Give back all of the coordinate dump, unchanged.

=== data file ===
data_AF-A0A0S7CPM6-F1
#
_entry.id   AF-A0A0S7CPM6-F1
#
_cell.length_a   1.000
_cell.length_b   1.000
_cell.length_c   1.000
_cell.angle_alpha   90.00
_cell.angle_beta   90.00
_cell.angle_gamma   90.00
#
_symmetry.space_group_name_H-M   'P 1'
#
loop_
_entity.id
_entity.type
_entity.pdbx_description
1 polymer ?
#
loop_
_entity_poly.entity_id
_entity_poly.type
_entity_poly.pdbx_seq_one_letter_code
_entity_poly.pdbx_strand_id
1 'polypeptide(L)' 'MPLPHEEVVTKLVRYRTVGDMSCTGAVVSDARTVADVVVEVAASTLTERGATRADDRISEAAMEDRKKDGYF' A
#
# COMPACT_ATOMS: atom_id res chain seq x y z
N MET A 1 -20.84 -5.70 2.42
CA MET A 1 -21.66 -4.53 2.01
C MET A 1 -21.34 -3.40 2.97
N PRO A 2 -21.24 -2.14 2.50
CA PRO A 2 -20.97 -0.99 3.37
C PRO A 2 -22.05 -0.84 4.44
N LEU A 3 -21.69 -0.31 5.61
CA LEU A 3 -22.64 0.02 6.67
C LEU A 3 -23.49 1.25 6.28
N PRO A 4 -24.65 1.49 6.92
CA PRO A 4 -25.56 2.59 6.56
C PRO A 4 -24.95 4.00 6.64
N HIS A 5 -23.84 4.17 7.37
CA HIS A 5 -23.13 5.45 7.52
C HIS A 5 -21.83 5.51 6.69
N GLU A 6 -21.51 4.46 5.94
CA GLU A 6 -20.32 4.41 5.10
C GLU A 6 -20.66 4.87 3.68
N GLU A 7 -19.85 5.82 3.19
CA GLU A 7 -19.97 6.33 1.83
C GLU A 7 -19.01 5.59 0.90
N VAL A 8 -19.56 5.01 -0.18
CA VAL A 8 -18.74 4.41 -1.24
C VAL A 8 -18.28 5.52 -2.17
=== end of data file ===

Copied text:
data_AF-A0A0S7CPM6-F1
#
_entry.id   AF-A0A0S7CPM6-F1
#
_cell.length_a   1.000
_cell.length_b   1.000
_cell.length_c   1.000
_cell.angle_alpha   90.00
_cell.angle_beta   90.00
_cell.angle_gamma   90.00
#
_symmetry.space_group_name_H-M   'P 1'
#
loop_
_entity.id
_entity.type
_entity.pdbx_description
1 polymer ?
#
loop_
_entity_poly.entity_id
_entity_poly.type
_entity_poly.pdbx_seq_one_letter_code
_entity_poly.pdbx_strand_id
1 'polypeptide(L)' 'MPLPHEEVVTKLVRYRTVGDMSCTGAVVSDARTVADVVVEVAASTLTERGATRADDRISEAAMEDRKKDGYF' A
#
# COMPACT_ATOMS: atom_id res chain seq x y z
N MET A 1 -20.84 -5.70 2.42
CA MET A 1 -21.66 -4.53 2.01
C MET A 1 -21.34 -3.40 2.97
N PRO A 2 -21.24 -2.14 2.50
CA PRO A 2 -20.97 -0.99 3.37
C PRO A 2 -22.05 -0.84 4.44
N LEU A 3 -21.69 -0.31 5.61
CA LEU A 3 -22.64 0.02 6.67
C LEU A 3 -23.49 1.25 6.28
N PRO A 4 -24.65 1.49 6.92
CA PRO A 4 -25.56 2.59 6.56
C PRO A 4 -24.95 4.00 6.64
N HIS A 5 -23.84 4.17 7.37
CA HIS A 5 -23.13 5.45 7.52
C HIS A 5 -21.83 5.51 6.69
N GLU A 6 -21.51 4.46 5.94
CA GLU A 6 -20.32 4.41 5.10
C GLU A 6 -20.66 4.87 3.68
N GLU A 7 -19.85 5.82 3.19
CA GLU A 7 -19.97 6.33 1.83
C GLU A 7 -19.01 5.59 0.90
N VAL A 8 -19.56 5.01 -0.18
CA VAL A 8 -18.74 4.41 -1.24
C VAL A 8 -18.28 5.52 -2.17